Students and counter-demonstrating teachers and students engage in a free-for-all outside Columbia University's Low Library, New York 29th April 1968; (Getty)
Artillery Row

Watching the Riots: Berlin, Trilling and Bellow on the Sixties

The riots of the 1960s left a generation of intellectuals out in the cold. Will the George Floyd demonstrations do the same?

Since the death of George Floyd and the demonstrations and riots that followed, many have compared this summer with the long hot summers of the Sixties, especially 1967 and 1968. This is wrong in two respects. First, it misses out the many race riots that have taken place since, in particular, the LA riots of 1992, following the death of Rodney King, when 63 people were killed, 2,383 people injured, more than 12,000 arrested, and estimates of property damage were over $1 billion.

Secondly, the British media continues to see the Sixties through the eyes of the New Left, feminists, black writers and radicals who emerged as celebrities at the time, the generation of Germaine Greer, Tariq Ali, Angela Davis and Norman Mailer, three of whom were then still in their twenties.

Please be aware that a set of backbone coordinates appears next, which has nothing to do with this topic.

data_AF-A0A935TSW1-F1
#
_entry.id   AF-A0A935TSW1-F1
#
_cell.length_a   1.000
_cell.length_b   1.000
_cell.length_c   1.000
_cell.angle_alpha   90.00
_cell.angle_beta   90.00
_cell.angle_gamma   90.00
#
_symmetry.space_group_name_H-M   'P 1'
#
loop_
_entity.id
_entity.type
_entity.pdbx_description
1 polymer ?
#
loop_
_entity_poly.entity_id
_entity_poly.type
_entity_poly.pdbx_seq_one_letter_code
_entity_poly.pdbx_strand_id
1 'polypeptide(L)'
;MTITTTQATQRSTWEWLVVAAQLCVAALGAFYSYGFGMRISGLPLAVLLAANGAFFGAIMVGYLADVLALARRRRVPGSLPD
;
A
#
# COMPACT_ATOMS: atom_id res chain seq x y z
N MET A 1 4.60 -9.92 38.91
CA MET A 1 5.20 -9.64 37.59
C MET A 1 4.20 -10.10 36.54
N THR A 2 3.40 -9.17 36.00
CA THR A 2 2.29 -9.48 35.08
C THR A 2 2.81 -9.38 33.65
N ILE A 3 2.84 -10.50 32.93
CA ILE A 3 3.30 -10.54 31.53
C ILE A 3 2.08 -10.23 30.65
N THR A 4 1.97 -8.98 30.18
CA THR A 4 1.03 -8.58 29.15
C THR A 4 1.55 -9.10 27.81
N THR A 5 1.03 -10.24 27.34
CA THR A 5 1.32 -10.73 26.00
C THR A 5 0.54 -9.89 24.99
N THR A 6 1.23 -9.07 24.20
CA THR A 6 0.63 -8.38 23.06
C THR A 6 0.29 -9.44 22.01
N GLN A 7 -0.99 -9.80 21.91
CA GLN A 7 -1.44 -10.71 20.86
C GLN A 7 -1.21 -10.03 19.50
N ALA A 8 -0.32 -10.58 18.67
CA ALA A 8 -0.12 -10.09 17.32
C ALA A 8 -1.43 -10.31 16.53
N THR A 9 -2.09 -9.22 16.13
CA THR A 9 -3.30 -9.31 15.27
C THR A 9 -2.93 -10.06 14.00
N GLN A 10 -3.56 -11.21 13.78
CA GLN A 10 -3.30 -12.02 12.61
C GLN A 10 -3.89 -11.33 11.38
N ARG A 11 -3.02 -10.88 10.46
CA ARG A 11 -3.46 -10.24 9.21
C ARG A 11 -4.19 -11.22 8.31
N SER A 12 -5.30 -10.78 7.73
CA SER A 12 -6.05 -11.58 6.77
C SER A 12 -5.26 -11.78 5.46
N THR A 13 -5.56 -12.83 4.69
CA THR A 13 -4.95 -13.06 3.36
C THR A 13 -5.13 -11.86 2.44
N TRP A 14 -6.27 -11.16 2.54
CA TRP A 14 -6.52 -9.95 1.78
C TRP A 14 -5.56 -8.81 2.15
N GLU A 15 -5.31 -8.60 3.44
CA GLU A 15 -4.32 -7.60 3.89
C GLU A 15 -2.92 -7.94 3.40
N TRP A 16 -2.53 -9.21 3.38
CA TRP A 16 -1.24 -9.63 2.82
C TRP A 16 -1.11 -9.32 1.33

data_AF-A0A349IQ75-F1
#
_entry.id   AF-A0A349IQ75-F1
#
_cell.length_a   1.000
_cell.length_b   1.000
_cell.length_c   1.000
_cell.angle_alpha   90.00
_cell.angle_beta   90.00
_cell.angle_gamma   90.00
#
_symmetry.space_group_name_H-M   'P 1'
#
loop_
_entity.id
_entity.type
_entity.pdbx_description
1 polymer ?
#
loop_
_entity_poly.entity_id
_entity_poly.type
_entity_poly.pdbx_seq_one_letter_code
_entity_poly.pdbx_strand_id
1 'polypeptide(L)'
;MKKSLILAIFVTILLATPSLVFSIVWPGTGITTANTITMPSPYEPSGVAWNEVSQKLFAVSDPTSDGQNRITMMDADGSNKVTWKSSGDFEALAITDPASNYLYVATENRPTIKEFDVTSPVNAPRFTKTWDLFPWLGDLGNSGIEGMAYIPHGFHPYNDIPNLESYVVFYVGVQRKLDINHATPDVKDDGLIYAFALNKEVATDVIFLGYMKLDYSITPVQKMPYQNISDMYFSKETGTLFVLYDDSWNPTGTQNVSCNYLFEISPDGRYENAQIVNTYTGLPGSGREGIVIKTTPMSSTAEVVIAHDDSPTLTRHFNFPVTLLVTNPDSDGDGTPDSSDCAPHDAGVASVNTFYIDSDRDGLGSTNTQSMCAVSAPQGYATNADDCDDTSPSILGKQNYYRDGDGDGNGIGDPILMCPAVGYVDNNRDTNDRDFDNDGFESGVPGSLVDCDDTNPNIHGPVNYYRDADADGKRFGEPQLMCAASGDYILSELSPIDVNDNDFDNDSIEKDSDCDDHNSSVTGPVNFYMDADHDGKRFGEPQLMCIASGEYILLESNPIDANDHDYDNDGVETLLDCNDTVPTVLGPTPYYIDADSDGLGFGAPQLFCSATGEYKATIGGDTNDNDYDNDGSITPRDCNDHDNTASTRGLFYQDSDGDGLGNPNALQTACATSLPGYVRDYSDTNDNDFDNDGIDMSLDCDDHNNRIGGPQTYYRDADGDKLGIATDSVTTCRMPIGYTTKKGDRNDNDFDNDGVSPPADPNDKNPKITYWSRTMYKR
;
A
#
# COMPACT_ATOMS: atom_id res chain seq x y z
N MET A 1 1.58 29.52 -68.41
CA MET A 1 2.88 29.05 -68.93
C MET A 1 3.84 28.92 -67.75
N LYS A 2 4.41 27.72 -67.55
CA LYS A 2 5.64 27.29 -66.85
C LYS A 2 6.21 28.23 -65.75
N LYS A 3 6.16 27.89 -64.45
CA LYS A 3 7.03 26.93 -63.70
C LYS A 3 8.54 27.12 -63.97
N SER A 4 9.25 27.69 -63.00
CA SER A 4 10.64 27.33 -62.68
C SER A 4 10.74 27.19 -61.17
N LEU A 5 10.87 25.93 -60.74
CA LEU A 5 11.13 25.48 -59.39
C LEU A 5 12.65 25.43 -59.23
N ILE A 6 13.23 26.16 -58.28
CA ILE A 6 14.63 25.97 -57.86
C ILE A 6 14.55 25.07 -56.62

But there were others who saw the Sixties very differently, older writers and intellectuals like Isaiah Berlin, Lionel Trilling and Saul Bellow. Their letters give us a very different sense of the upheavals of the time.

Lionel Trilling was America’s best-known literary critic. He was already in his sixties by 1968, and had been teaching at Columbia for thirty years. A one-time Communist, he had become a liberal during the Cold War.

In 1965, he published Beyond Culture, his first book of essays in ten years. Writing in The New York Review of Books, one critic laid into Trilling’s old-fashioned style: “Professor Trilling’s liturgical modulations once held considerable charm, seeming, perhaps, formidably “English”: Bloomsbury Square on Morningside Heights [where Trilling lived, near Columbia’s campus], to put it crudely. But the tone now is wearily genteel.”